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By Vjosa Isai Staff Reporter
Tues., May 15, 2018
Dozens of Canadian-made or imported products, including baby bibs, mats and blankets, contain chemicals with known links to cancer and hormone-related illnesses, according to a study by the NAFTA environmental protection agency.
Two-thirds of 137 items tested contained perfluorooctanoic acid (PFOA) or perfluorooctane sulfonate (PFOS), both banned in Canada and internationally.
The chemicals are known to disrupt the endocrine system, which controls the body’s hormonal functions. Longtime exposure to the compounds has been linked to cancer, liver and thyroid illnesses, and can cause reproductive damage.
“(That) people are unknowingly, unintentionally buying these things is a big cause for concern,” said Muhannad Malas, a toxics program manager at Environmental Defence Canada, a Toronto-based advocacy group. “People look for things that are safe … these products are being advertised as lead-free, BPA-free, but really end up containing one or more perfluorinated compounds.”
Of the Canadian-made and imported items tested by scientists at the Commission for Environmental Cooperation (CEC) — an intergovernmental partnership between Canada, the United States and Mexico — the study found that all six baby bibs in the study contained either PFOA or PFOS, or both, as well as eight other possibly harmful perfluorinated compounds.
Tests on all four waterproof baby mats, pads and blankets; all 11 children’s jackets; nine of out 10 waterproof pants; and all 20 adult jackets in the study also revealed at least one perfluorinated chemical.
This class of chemicals is used to treat textiles with water and steam resistance, or to make non-stick pans. Their use is regulated by Health Canada and Environment and Climate Change Canada.
The departments were not able to comment in time for publication.
Malas said the study underscores an urgent need to modernize and strengthen consumer safety regulations. This process is already in motion, as recommendations to improve the 1999 Canadian Environmental Protection Act were tabled last June. The department is expected to respond next month.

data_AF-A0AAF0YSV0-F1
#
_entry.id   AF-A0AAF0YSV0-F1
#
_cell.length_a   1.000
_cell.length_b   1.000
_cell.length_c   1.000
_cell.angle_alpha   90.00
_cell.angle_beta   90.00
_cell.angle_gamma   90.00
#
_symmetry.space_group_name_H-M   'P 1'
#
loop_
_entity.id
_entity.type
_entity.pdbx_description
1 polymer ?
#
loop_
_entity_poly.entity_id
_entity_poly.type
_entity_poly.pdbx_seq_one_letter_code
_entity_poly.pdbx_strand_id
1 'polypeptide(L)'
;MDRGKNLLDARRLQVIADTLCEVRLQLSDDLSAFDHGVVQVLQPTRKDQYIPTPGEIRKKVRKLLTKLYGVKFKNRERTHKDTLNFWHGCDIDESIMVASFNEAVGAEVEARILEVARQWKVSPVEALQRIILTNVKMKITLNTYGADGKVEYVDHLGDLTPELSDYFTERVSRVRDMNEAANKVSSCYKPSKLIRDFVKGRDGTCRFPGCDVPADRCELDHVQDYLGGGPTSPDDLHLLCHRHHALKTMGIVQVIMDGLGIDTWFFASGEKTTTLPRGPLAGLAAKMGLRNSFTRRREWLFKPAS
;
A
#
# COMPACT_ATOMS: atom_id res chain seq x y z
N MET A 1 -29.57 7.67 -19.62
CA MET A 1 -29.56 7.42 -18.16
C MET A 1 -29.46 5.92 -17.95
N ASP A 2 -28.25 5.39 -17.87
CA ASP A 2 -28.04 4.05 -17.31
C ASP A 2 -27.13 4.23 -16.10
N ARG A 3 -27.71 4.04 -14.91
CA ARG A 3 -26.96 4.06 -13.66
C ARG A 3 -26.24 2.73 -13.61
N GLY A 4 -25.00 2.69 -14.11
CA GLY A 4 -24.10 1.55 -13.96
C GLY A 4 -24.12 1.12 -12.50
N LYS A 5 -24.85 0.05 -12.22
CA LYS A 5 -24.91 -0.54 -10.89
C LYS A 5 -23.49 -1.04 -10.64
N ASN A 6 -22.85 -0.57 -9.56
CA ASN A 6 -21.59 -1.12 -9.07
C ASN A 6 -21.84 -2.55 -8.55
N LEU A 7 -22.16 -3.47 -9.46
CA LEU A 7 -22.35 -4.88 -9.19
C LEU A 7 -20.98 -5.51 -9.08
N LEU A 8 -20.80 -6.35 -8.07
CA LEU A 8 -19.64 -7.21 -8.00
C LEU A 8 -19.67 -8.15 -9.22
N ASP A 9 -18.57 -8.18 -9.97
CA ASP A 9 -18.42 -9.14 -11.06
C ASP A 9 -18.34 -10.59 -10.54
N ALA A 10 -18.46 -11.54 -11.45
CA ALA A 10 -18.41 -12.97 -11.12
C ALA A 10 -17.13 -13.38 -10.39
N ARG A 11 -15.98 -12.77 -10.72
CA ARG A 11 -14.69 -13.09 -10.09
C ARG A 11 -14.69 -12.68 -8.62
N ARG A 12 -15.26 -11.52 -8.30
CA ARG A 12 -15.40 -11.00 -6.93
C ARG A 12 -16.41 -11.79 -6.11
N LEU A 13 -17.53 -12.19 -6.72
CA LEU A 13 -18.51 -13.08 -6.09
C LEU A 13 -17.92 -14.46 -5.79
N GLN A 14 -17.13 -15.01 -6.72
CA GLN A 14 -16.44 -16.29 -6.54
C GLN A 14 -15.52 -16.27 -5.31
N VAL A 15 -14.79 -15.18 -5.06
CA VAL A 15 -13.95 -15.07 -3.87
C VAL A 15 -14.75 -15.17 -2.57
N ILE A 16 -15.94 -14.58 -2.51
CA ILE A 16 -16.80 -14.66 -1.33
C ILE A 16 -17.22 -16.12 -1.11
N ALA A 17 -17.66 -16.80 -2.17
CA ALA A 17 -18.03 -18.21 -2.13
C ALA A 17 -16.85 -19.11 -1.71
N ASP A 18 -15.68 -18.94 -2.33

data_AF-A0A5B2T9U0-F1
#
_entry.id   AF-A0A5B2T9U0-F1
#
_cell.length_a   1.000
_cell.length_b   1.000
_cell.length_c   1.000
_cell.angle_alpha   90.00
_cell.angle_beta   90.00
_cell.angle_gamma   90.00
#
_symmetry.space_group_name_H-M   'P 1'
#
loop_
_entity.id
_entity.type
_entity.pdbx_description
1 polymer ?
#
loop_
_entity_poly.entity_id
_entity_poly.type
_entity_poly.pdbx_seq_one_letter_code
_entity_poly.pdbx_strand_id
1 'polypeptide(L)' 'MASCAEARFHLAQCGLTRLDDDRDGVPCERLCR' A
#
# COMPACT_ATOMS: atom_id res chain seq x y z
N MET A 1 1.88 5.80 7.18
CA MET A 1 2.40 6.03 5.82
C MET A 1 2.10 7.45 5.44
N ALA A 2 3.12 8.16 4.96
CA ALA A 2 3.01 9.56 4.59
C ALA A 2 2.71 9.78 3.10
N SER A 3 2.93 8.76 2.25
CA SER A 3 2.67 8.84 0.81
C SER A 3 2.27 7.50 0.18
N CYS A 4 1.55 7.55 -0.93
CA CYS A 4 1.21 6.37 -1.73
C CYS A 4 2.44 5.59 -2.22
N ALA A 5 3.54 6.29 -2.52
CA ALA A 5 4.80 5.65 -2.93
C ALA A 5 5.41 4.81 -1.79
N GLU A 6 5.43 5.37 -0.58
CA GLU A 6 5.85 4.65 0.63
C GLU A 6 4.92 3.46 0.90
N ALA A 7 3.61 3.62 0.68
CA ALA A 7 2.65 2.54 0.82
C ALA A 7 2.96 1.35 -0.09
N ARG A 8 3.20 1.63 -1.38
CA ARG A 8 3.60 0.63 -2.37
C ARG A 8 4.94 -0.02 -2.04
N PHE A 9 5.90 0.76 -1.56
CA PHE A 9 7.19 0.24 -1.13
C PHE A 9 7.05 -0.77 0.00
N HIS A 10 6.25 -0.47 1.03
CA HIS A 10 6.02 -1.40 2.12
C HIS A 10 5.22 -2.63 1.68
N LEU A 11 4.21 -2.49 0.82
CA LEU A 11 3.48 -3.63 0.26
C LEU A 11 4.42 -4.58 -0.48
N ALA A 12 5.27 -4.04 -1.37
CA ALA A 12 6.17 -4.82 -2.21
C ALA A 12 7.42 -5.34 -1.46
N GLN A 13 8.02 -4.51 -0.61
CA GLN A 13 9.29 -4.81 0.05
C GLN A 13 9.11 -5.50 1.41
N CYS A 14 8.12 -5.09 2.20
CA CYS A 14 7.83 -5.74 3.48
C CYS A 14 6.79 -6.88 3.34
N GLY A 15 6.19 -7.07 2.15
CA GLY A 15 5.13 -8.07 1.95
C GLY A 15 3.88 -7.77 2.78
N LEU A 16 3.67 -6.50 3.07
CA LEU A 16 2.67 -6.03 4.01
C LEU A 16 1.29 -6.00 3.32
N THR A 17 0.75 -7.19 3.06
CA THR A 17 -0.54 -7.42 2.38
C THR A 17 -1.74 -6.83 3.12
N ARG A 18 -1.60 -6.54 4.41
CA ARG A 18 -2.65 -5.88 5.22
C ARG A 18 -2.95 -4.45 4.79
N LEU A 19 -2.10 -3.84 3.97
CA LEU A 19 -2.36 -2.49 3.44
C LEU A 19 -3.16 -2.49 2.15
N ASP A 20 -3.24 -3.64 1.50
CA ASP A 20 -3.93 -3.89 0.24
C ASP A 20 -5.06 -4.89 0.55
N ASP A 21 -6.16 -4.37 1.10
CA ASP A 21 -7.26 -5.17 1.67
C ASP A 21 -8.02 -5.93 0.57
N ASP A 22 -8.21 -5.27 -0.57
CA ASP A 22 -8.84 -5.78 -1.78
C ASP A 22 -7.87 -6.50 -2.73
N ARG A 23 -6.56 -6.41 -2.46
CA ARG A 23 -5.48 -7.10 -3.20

“I would say that this is a clear example of where our regulations have not been protective enough, because we’re seeing these chemicals in products that are not just used by adults, but things like bibs and baby mats,” said Malas
Some of the items tested were marketed as not containing phthalates, lead or bisphenol A (BPA). Scientists purchased the items in stores and online, and did not observe notable differences in terms of chemical traces.
The name brands for the products were removed because of the risk of lawsuits and little added scientific value, said Sébastien Sauvé, a professor in environmental chemistry at the Université de Montréal and a scientist in the study.
Sauvé said perfluorinated compounds have a relatively low toxicity, but the fact that they are commonly used on surfaces means an increased risk of contact, and they can be absorbed in sweat and saliva. They are resistant to degradation in the environment.
“The problem is because they’re persistent, they will tend to accumulate in the body,” he said.
Though main forms of the compound are banned, Sauvé said industries innovated alternative compounds that are not prohibited, but can be just as dangerous.
“I think choosing ‘Made in Canada’ is something that a lot of parents go for and it does provide a certain element of peace of mind, so this is worrying,” said Emma Rohmann, an environmental health expert and mother of two. Rohmann coaches families and natural health practitioners to help reduce the presence of toxic substances in the home.
She advises parents to use natural baby care products, like wipes and lotions, on their children. Non-toxic furniture and organic mattresses are other things that “green” parents look for to avoid the possibility of toxins.
“I think industry plays a huge role. They don’t have to wait for government to regulate them,” she said. “We’re the ones that are spending on things that are toxic, and if we say enough is enough, then manufacturers will make stuff that we will buy.”
Rohmann said she was not surprised by the study’s findings. Neither was Jen Smith, editor-in-chief of EcoParent magazine, who recommends that parents familiarize themselves with brand information and eco-certifications for textiles, such as Oeko-tex and bluesign.
“As parents, we try to make the best choices for our little ones, like using glass bottles, avoiding fire retardants in PJs, or choosing organically grown veggies, but this study is a perfect example that not enough is being done, especially in products marketed for infants and children,” Smith said in an email. “Canada needs to do better.”